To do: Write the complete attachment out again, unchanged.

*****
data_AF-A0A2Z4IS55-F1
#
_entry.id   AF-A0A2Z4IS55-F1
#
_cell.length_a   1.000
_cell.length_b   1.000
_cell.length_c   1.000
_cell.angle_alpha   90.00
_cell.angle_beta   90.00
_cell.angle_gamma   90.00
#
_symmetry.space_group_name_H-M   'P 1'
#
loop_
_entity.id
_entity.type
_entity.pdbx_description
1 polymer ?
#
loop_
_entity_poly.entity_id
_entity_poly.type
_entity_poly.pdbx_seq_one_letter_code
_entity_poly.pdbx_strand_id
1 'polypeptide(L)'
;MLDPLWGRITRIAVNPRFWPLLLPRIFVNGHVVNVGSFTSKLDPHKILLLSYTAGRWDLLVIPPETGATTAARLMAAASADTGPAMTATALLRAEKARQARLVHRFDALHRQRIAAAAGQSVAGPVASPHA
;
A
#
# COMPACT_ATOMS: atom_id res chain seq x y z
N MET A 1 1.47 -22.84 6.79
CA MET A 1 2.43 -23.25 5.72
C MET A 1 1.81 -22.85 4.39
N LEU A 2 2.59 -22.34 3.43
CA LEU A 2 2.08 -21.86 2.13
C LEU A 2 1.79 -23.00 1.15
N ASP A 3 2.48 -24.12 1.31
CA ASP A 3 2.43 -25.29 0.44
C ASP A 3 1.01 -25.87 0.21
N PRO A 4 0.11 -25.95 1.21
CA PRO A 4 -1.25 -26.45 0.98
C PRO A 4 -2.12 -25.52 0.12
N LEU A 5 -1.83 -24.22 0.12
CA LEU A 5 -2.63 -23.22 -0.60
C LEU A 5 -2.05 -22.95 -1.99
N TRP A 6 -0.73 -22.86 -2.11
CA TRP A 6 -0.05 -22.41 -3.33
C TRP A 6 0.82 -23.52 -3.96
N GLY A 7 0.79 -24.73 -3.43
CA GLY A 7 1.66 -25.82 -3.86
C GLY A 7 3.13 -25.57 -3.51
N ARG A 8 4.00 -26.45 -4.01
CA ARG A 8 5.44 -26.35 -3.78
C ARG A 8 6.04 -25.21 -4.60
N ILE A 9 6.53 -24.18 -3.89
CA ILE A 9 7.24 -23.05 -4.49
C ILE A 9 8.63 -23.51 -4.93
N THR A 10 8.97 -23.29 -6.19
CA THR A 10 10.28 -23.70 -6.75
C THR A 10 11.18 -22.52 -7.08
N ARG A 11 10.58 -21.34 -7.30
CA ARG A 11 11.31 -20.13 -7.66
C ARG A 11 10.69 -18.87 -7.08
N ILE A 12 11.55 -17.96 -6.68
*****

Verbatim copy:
data_AF-A0A2Z4IS55-F1
#
_entry.id   AF-A0A2Z4IS55-F1
#
_cell.length_a   1.000
_cell.length_b   1.000
_cell.length_c   1.000
_cell.angle_alpha   90.00
_cell.angle_beta   90.00
_cell.angle_gamma   90.00
#
_symmetry.space_group_name_H-M   'P 1'
#
loop_
_entity.id
_entity.type
_entity.pdbx_description
1 polymer ?
#
loop_
_entity_poly.entity_id
_entity_poly.type
_entity_poly.pdbx_seq_one_letter_code
_entity_poly.pdbx_strand_id
1 'polypeptide(L)'
;MLDPLWGRITRIAVNPRFWPLLLPRIFVNGHVVNVGSFTSKLDPHKILLLSYTAGRWDLLVIPPETGATTAARLMAAASADTGPAMTATALLRAEKARQARLVHRFDALHRQRIAAAAGQSVAGPVASPHA
;
A
#
# COMPACT_ATOMS: atom_id res chain seq x y z
N MET A 1 1.47 -22.84 6.79
CA MET A 1 2.43 -23.25 5.72
C MET A 1 1.81 -22.85 4.39
N LEU A 2 2.59 -22.34 3.43
CA LEU A 2 2.08 -21.86 2.13
C LEU A 2 1.79 -23.00 1.15
N ASP A 3 2.48 -24.12 1.31
CA ASP A 3 2.43 -25.29 0.44
C ASP A 3 1.01 -25.87 0.21
N PRO A 4 0.11 -25.95 1.21
CA PRO A 4 -1.25 -26.45 0.98
C PRO A 4 -2.12 -25.52 0.12
N LEU A 5 -1.83 -24.22 0.12
CA LEU A 5 -2.63 -23.22 -0.60
C LEU A 5 -2.05 -22.95 -1.99
N TRP A 6 -0.73 -22.86 -2.11
CA TRP A 6 -0.05 -22.41 -3.33
C TRP A 6 0.82 -23.52 -3.96
N GLY A 7 0.79 -24.73 -3.43
CA GLY A 7 1.66 -25.82 -3.86
C GLY A 7 3.13 -25.57 -3.51
N ARG A 8 4.00 -26.45 -4.01
CA ARG A 8 5.44 -26.35 -3.78
C ARG A 8 6.04 -25.21 -4.60
N ILE A 9 6.53 -24.18 -3.89
CA ILE A 9 7.24 -23.05 -4.49
C ILE A 9 8.63 -23.51 -4.93
N THR A 10 8.97 -23.29 -6.19
CA THR A 10 10.28 -23.70 -6.75
C THR A 10 11.18 -22.52 -7.08
N ARG A 11 10.58 -21.34 -7.30
CA ARG A 11 11.31 -20.13 -7.66
C ARG A 11 10.69 -18.87 -7.08
N ILE A 12 11.55 -17.96 -6.68